There are so many good things about working from home. There are no interruptions. You don’t waste time commuting. If you want to go for a run at 10 a.m., you can.
But it can also be lonely.
And the truth is that maintaining strong connections with others is one of the keys to recovery—and to a general sense of well-being in life. Happily, you can have the best of both worlds—a day in your pajamas and meaningful contact with other humans. Here’s how:
Get Out of the House At Least Once a Day
The easiest way to do this is to spend a few hours working from a café, library or bookstore. But you can also head to the gym or a yoga class, meet a friend for a hike, meet a colleague for lunch or even run errands.
Get a Part-Time Job or Volunteer
Imagine working two four-hour shifts a week at, say, your favorite clothing store (in fact, some people do this just for the generous employee discount). Or maybe you volunteer your time at a place where you can meet people with your same interests, like an art museum, church or animal shelter.
Schedule After-Work Social Time
For many of us, things don’t get done unless we schedule them. Plan to meet a friend to see a movie or go out to dinner.
Take a Class or Learn a New Skill
Is it finally time to learn to play the guitar or speak Italian? By making time for a new hobby, you’ll be staying social—and reaping the benefits that come from challenging your mind.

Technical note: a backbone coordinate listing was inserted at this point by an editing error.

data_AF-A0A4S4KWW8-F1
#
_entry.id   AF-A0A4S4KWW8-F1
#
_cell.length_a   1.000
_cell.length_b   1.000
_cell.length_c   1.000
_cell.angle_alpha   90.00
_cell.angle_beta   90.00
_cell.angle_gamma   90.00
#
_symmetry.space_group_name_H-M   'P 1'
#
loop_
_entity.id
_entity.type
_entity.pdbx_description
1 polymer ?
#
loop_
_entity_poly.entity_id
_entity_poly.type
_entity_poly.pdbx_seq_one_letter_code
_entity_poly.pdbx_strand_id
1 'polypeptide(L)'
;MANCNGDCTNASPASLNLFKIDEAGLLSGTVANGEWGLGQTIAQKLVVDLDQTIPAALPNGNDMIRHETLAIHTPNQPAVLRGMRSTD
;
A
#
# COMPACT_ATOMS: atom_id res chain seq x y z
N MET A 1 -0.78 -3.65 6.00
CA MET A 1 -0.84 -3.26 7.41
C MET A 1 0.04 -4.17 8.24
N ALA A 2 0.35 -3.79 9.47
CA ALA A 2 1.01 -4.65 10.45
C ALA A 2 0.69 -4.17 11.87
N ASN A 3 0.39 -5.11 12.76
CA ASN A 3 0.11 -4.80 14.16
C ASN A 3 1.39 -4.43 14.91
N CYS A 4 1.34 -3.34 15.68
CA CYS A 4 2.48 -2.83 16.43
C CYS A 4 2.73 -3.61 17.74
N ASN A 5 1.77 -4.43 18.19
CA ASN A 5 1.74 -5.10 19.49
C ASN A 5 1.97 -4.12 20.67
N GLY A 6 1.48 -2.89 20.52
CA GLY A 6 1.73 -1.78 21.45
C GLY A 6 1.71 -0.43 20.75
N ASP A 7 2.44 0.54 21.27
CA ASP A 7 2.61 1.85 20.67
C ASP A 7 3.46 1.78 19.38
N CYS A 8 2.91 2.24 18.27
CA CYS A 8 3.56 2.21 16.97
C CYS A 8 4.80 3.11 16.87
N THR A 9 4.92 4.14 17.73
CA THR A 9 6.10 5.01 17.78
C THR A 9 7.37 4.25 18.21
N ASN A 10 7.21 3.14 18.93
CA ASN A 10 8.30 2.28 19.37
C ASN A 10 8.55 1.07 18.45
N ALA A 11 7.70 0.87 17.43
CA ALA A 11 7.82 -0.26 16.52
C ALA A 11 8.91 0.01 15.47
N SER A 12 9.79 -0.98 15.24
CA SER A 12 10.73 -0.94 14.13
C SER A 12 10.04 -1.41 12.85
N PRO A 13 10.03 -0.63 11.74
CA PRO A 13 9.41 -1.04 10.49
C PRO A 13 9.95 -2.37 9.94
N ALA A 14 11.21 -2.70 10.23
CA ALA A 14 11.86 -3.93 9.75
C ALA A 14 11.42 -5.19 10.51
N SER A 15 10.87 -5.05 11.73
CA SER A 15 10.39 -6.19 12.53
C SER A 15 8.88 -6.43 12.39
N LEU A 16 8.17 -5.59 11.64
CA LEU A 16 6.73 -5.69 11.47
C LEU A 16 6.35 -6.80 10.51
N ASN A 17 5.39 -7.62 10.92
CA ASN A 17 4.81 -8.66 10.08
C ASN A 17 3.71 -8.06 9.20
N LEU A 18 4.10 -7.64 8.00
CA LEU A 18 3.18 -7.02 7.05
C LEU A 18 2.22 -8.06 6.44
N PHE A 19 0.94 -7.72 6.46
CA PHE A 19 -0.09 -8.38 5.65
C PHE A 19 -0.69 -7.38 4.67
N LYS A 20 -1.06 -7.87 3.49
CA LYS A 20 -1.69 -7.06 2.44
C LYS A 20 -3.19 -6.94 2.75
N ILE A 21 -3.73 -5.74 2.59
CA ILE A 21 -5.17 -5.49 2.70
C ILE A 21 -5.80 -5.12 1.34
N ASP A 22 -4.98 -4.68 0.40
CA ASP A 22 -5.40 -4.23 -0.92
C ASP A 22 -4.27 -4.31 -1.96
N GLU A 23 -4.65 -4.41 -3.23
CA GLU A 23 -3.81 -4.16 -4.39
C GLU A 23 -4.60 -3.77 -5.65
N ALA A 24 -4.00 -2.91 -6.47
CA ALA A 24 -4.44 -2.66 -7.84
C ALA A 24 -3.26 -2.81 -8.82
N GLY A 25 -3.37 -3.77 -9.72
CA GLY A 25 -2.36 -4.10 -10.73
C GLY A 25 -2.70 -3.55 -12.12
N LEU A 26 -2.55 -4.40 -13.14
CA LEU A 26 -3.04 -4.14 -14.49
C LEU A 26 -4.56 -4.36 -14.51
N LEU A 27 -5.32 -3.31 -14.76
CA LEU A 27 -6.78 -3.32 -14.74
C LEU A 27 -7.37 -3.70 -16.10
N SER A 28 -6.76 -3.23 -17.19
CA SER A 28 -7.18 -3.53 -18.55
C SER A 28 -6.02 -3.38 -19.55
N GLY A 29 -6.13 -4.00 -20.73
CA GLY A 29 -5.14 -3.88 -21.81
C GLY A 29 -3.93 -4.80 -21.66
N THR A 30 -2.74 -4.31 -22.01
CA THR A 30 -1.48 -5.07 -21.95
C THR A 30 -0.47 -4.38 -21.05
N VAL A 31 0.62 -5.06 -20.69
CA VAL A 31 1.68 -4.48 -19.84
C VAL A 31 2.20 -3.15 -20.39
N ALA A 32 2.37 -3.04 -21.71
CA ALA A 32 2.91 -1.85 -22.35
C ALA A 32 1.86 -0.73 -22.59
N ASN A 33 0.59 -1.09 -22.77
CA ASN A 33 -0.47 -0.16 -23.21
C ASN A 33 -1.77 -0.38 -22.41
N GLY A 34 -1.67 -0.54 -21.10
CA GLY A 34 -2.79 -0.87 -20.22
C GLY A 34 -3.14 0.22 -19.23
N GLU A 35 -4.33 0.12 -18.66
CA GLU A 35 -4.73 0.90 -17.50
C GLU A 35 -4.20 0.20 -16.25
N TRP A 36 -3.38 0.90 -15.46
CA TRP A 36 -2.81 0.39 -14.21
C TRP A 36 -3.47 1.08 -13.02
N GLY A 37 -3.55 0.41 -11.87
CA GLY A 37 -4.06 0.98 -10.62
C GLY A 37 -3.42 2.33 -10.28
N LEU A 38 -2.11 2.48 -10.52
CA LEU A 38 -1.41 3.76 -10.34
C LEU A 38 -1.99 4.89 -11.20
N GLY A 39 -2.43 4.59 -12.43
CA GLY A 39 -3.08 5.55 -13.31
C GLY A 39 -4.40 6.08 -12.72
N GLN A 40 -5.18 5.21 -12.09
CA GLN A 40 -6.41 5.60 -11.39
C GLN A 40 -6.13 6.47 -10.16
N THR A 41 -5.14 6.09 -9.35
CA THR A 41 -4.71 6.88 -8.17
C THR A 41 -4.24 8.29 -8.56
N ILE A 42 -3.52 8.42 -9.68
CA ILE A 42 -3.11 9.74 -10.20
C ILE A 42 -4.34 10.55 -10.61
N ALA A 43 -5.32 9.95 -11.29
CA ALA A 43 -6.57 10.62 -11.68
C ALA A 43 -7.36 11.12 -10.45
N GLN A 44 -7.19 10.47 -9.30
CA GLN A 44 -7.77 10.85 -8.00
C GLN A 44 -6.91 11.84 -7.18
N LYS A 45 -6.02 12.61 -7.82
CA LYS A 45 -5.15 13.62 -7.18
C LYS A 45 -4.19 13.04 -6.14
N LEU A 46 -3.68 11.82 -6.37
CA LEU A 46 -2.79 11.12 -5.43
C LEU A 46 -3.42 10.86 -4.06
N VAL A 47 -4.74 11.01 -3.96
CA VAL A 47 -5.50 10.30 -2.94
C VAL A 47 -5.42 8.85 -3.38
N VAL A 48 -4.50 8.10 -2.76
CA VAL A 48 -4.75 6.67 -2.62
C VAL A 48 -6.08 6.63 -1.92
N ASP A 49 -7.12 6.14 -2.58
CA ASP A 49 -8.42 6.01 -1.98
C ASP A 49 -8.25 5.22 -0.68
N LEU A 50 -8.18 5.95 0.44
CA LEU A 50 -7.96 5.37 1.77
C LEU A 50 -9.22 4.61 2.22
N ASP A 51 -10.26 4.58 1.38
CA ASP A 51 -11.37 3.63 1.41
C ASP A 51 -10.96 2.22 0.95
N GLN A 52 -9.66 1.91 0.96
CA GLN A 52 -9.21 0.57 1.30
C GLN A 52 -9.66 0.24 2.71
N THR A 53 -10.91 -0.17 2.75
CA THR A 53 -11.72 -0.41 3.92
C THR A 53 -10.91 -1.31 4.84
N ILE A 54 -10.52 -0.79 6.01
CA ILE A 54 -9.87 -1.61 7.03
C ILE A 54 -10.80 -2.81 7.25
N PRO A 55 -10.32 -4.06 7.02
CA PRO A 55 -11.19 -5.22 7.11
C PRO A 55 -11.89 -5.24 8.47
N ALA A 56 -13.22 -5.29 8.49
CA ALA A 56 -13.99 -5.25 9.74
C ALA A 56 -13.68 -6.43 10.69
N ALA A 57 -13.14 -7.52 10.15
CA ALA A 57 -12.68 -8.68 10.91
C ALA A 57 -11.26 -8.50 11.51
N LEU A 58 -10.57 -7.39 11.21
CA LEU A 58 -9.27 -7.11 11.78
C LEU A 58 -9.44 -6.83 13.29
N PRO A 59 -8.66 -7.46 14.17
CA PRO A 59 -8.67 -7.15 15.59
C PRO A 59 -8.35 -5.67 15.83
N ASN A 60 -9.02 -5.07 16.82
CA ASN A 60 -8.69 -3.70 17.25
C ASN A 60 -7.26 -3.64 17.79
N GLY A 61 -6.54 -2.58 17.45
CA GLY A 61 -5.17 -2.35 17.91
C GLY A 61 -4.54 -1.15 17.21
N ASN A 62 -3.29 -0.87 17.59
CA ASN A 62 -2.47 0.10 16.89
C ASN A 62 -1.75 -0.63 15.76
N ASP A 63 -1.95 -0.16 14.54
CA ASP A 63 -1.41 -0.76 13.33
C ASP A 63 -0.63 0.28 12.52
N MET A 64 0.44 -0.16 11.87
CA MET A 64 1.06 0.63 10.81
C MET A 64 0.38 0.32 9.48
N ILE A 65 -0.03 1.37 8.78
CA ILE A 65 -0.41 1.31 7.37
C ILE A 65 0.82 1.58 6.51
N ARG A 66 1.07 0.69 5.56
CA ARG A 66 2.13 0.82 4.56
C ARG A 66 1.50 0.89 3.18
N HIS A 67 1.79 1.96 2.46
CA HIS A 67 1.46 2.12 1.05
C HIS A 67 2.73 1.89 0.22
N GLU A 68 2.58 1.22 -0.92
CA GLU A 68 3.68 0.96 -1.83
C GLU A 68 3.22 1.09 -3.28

Schedule Mini Rewards Throughout the Day
This is one of the biggest advantages of working from home. Tell yourself you’ll work diligently for 90 minutes (even set your phone timer) and when you’re done, you can listen to a 10-minute podcast while taking a walk outside in the sun. Get up every 30 minutes to do a few quick stretches or jumping jacks. Eat your lunch on your balcony. Working from home allows you to do so many things that are good for you, but might be hard to do in an office setting. These aren’t activities that will connect you with other people, obviously, but they’ll let you enjoy your alone time more.
Stay Connected to Your Support Team
It’s not good for anyone to feel alone, but it’s especially important for people in recovery to remain connected. Have coffee once a week with someone who’s been especially supportive, attend a meeting, or even schedule time with a therapist.
Hope and Healing at The Raleigh House
The Raleigh House is a residential treatment center located in Denver that believes addiction isn’t just a physical problem. Our master’s level trained therapists get to the root cause of addiction and will help you develop a strategy to manage and enjoy life without drugs or alcohol. Fill out our form or contact us today to learn more about our 90-day drug and alcohol addiction treatment programs.